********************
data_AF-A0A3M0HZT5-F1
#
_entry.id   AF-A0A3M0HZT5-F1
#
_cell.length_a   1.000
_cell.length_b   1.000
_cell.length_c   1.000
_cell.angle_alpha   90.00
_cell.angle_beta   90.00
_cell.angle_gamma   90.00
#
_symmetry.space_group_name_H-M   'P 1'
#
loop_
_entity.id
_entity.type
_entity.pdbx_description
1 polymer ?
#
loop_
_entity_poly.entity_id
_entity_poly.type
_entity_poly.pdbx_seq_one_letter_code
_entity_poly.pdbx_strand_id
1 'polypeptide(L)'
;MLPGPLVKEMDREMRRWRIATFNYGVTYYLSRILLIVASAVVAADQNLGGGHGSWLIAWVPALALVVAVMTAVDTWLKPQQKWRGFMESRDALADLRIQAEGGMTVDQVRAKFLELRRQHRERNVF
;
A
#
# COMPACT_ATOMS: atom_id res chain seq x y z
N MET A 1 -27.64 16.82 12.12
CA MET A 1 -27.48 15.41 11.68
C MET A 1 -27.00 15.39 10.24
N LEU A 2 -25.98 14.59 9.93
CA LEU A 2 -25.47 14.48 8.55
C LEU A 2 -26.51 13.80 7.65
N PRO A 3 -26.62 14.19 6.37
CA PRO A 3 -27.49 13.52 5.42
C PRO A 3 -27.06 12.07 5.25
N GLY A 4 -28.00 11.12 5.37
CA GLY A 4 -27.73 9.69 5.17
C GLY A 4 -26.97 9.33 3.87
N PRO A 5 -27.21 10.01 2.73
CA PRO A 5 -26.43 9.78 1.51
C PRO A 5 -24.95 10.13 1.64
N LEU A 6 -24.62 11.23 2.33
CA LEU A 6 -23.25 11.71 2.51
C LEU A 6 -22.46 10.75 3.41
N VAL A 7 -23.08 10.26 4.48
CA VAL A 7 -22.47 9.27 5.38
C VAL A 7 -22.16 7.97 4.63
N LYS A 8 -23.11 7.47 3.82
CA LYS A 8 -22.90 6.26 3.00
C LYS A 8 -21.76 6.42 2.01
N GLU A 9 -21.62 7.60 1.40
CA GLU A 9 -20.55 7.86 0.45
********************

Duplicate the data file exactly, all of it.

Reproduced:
data_AF-A0A3M0HZT5-F1
#
_entry.id   AF-A0A3M0HZT5-F1
#
_cell.length_a   1.000
_cell.length_b   1.000
_cell.length_c   1.000
_cell.angle_alpha   90.00
_cell.angle_beta   90.00
_cell.angle_gamma   90.00
#
_symmetry.space_group_name_H-M   'P 1'
#
loop_
_entity.id
_entity.type
_entity.pdbx_description
1 polymer ?
#
loop_
_entity_poly.entity_id
_entity_poly.type
_entity_poly.pdbx_seq_one_letter_code
_entity_poly.pdbx_strand_id
1 'polypeptide(L)'
;MLPGPLVKEMDREMRRWRIATFNYGVTYYLSRILLIVASAVVAADQNLGGGHGSWLIAWVPALALVVAVMTAVDTWLKPQQKWRGFMESRDALADLRIQAEGGMTVDQVRAKFLELRRQHRERNVF
;
A
#
# COMPACT_ATOMS: atom_id res chain seq x y z
N MET A 1 -27.64 16.82 12.12
CA MET A 1 -27.48 15.41 11.68
C MET A 1 -27.00 15.39 10.24
N LEU A 2 -25.98 14.59 9.93
CA LEU A 2 -25.47 14.48 8.55
C LEU A 2 -26.51 13.80 7.65
N PRO A 3 -26.62 14.19 6.37
CA PRO A 3 -27.49 13.52 5.42
C PRO A 3 -27.06 12.07 5.25
N GLY A 4 -28.00 11.12 5.37
CA GLY A 4 -27.73 9.69 5.17
C GLY A 4 -26.97 9.33 3.87
N PRO A 5 -27.21 10.01 2.73
CA PRO A 5 -26.43 9.78 1.51
C PRO A 5 -24.95 10.13 1.64
N LEU A 6 -24.62 11.23 2.33
CA LEU A 6 -23.25 11.71 2.51
C LEU A 6 -22.46 10.75 3.41
N VAL A 7 -23.08 10.26 4.48
CA VAL A 7 -22.47 9.27 5.38
C VAL A 7 -22.16 7.97 4.63
N LYS A 8 -23.11 7.47 3.82
CA LYS A 8 -22.90 6.26 3.00
C LYS A 8 -21.76 6.42 2.01
N GLU A 9 -21.62 7.60 1.40
CA GLU A 9 -20.55 7.86 0.45